Adam Gartenberg's Blog

Business Analytics and Optimization, IBM and Social Marketing

But would people have still lined up for an 8 "jigabyte" iPhone?

I caught a bit of one of the Back to the Future movies the other day - just long enough to hear Michael J. Fox whining about needing to generate 1.2 "jigawatts" of electricity.  Hearing him say that line while watching his words being spelled out in the closed captioning, something hit me.  Shouldn't he have said "giga" watts (hard G) not "jigawatts?"  (Or, I suppose, shouldn't we all be walking around with 120 "jig" hard drives in our PC?)

Curious, I pulled our old school hardcover Random House College Dictionary off the bookshelf (1984 edition - conveniently the year before Back to the Future was released). Sure enough, the only pronunciation they have for gigawatt is "jigawatt". The same goes for giga ("jiga") hertz and giga ("jiga") meter.  Not surprising, they didn't have an entry for gigabyte (although they did at least have byte, kilobyte and megabyte defined.)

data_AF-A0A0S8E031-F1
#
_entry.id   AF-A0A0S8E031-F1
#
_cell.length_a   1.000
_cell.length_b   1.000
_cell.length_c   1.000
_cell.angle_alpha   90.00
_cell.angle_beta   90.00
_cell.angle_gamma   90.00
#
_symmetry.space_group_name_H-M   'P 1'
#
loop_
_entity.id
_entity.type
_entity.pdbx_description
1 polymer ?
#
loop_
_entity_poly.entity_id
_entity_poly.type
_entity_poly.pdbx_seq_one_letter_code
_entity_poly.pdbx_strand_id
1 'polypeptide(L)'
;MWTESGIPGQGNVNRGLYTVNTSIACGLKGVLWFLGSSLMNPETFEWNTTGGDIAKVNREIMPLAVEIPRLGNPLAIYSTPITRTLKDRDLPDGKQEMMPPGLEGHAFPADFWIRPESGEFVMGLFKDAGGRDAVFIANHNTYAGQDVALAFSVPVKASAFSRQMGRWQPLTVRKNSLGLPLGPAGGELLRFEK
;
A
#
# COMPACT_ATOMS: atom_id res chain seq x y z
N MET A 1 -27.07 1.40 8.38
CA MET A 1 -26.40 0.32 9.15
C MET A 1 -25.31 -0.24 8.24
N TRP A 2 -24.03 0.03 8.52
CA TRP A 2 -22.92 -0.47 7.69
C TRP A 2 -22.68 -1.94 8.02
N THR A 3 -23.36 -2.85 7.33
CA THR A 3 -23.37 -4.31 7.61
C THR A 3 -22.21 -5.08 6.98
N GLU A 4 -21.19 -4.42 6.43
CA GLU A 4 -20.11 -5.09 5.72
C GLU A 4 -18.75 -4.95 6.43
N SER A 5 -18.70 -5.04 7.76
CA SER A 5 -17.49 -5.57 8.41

Coming back into modern times, I was surprised to see that the Miriam-Webster online dictionary actually has the "jigabyte" pronunciation as the first entry, although it does list both.  (Other online dictionaries either just have the hard G pronunciation or list it first if they include both.)

So the question is:  When (and why) did the standard pronunciation for gigabyte morph into the hard G?  And out of curiosity, are there any readers out there working in the field who could confirm how gigawatt is commonly pronounced nowadays - is it still referred to as a "jigawatt?"